Keith Armstrong, global EMC expert at EMC Standards, a partner of the 2022 EMC and Compliance International exhibition, explains why the relevant harmonised standards are no longer sufficient for compliance with the EMC Directive and why most people must now apply IEC 61000-4-14 too.
Since the new EMC Directive came into force in 2016, EMC experts have often found themselves needing to apply test standards they are unfamiliar with, and which are not harmonised by being listed in the Official Journal of the EU (OJEU).
In fact, if you are still declaring EMC compliance by selecting the most relevant test standards listed under the EMC Directive in the OJEU — then passing those tests and listing them on your Declarations of EMC Conformity — your operations are five years out of date. This means your products could suffer unnecessary and costly delays at EU and UK customs as a direct result.
Since the EMC Directive 2014/30/EU, and the equivalent UK EMC Regulations, came into force in 2016, we have been required to perform, and document, an “adequate analysis and assessment of the risks” of our products’ complying with the Directive’s essential requirements.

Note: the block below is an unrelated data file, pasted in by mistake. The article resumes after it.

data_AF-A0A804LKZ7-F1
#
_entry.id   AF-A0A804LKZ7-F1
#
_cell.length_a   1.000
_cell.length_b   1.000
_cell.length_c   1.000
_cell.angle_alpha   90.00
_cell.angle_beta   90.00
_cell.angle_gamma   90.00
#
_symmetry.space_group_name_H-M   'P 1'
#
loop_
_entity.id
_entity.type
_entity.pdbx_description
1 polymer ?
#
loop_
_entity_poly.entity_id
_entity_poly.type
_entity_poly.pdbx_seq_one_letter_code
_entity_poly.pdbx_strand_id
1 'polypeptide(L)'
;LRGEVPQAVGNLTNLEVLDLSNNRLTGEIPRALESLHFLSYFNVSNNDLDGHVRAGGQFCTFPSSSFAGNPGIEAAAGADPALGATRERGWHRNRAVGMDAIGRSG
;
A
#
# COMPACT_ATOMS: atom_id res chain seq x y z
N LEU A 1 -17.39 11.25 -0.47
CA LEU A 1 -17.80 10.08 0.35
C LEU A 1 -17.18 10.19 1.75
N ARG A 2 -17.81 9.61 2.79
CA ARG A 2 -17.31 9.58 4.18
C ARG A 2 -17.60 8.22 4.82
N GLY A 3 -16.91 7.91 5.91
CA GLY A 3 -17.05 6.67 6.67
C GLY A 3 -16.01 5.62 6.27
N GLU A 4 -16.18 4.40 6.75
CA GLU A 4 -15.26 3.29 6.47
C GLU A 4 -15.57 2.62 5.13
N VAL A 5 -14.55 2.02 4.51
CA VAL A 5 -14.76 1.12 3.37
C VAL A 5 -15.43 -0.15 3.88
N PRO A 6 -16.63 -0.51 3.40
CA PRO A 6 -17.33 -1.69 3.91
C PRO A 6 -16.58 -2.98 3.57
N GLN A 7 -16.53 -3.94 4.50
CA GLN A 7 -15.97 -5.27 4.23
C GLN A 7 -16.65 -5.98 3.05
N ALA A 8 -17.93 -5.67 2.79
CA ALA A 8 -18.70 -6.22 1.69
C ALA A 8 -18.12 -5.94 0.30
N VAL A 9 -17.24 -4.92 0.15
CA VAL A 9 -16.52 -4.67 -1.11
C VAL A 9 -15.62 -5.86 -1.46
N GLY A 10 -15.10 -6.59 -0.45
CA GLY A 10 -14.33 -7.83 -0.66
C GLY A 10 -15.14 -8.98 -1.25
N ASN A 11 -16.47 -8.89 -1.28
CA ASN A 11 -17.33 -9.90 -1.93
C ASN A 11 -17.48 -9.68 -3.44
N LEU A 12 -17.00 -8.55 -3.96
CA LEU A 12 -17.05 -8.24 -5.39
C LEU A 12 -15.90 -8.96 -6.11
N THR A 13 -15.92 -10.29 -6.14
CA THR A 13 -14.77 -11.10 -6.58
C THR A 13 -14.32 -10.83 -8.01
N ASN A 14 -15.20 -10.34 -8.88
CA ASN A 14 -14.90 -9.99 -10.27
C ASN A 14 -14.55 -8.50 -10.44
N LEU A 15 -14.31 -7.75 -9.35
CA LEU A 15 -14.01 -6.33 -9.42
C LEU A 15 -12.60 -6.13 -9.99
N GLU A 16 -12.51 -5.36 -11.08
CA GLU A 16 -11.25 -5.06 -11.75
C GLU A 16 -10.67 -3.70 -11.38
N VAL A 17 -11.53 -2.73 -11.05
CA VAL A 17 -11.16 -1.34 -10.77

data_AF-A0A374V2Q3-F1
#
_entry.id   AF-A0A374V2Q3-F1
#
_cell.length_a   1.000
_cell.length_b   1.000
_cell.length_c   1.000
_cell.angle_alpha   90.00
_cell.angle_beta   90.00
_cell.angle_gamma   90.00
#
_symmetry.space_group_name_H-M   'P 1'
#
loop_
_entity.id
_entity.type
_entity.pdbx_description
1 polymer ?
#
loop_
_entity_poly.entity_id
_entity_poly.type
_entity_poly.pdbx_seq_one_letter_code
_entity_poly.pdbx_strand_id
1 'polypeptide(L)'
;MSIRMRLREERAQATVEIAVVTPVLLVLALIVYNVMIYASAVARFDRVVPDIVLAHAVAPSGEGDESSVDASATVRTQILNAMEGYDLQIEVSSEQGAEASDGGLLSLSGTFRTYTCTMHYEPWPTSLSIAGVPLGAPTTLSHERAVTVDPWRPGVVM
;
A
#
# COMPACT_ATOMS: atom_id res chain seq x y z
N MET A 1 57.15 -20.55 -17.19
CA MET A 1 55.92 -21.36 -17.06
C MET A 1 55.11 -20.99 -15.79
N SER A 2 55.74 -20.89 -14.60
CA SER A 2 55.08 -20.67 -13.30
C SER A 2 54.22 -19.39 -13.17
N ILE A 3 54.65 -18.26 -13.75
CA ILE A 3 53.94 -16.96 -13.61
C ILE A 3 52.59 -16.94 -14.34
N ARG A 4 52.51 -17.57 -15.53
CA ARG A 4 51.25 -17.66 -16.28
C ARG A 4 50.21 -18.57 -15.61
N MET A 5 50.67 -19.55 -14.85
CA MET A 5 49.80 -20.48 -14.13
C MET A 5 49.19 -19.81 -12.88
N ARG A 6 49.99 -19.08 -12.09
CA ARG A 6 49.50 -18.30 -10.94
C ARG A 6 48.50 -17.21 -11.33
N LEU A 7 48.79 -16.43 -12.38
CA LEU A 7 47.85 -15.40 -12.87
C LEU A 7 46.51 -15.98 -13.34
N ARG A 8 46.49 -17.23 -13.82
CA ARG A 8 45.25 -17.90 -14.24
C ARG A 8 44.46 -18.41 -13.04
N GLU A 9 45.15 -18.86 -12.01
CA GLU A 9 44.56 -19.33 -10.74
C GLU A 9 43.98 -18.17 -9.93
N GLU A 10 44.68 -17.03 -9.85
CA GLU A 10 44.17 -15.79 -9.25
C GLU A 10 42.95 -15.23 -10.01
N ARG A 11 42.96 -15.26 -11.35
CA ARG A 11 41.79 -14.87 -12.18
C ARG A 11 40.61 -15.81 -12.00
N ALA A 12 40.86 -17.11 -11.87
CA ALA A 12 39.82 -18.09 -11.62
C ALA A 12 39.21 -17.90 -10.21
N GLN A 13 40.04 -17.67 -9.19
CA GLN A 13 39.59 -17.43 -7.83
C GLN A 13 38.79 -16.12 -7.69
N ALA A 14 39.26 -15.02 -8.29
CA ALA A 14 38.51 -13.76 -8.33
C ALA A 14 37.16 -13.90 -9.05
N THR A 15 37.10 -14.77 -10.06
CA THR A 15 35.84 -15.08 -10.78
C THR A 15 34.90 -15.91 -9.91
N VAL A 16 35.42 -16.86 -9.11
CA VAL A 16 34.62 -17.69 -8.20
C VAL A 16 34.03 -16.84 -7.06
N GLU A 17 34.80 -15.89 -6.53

The purpose of the EMC risk assessments is to specify the EMC standards, specifications and guidelines that apply to our products to help ensure their EMC compliance in real life situations. To help our industry better understand these requirements, EMC Standards has published a free guide on its website.
These new assessments are particularly needed for issues of mains power quality (PQ), which are often neglected by the generic and product-family EMC test standards. Unfortunately, PQ problems are increasing, which creates more risks to the correct operation of our products and equipment.
Worryingly, many people believe that PQ problems are not an EMC issue at all — but clearly it is, because of the standards on immunity to PQ issues published in the IEC’s 61000-x series of EMC test method standards.
IEC 61000-4-14 is a set of tests for immunity to mains voltage fluctuations. I have written a guidebook on this standard, which is available for free on the EMC Standards website. This guidebook includes discussions on how mains voltage fluctuations arise, where they should be expected, and what they can affect, to help industry create, and document, correct EMC risk analyses.
This is one of many topics that will be discussed at this year’s EMC and Compliance International trade show, taking place at Newbury Racecourse on May 18 and 19 2022. The show is the UK’s only independent EMC conference and will feature practical workshops and insightful sit-down discussions with leading industry experts. Visit EMC and Compliance International’s website to register to attend, or exhibit at, this year’s event.